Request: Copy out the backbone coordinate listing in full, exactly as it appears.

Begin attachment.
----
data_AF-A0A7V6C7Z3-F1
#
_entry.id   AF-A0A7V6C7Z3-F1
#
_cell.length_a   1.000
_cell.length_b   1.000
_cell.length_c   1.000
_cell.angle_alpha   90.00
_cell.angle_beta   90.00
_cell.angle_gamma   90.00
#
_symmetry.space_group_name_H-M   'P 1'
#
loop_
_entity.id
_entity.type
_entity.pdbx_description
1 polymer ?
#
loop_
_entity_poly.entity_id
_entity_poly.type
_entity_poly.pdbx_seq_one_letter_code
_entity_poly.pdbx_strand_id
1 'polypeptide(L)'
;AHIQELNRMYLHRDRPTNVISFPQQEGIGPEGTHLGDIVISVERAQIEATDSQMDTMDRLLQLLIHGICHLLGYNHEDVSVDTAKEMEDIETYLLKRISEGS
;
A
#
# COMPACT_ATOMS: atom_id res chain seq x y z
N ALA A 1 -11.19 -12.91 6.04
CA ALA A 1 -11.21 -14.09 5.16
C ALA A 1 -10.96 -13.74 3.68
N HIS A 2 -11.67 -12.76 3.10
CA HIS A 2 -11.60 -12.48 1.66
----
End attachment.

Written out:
data_AF-A0A7V6C7Z3-F1
#
_entry.id   AF-A0A7V6C7Z3-F1
#
_cell.length_a   1.000
_cell.length_b   1.000
_cell.length_c   1.000
_cell.angle_alpha   90.00
_cell.angle_beta   90.00
_cell.angle_gamma   90.00
#
_symmetry.space_group_name_H-M   'P 1'
#
loop_
_entity.id
_entity.type
_entity.pdbx_description
1 polymer ?
#
loop_
_entity_poly.entity_id
_entity_poly.type
_entity_poly.pdbx_seq_one_letter_code
_entity_poly.pdbx_strand_id
1 'polypeptide(L)'
;AHIQELNRMYLHRDRPTNVISFPQQEGIGPEGTHLGDIVISVERAQIEATDSQMDTMDRLLQLLIHGICHLLGYNHEDVSVDTAKEMEDIETYLLKRISEGS
;
A
#
# COMPACT_ATOMS: atom_id res chain seq x y z
N ALA A 1 -11.19 -12.91 6.04
CA ALA A 1 -11.21 -14.09 5.16
C ALA A 1 -10.96 -13.74 3.68
N HIS A 2 -11.67 -12.76 3.10
CA HIS A 2 -11.60 -12.48 1.66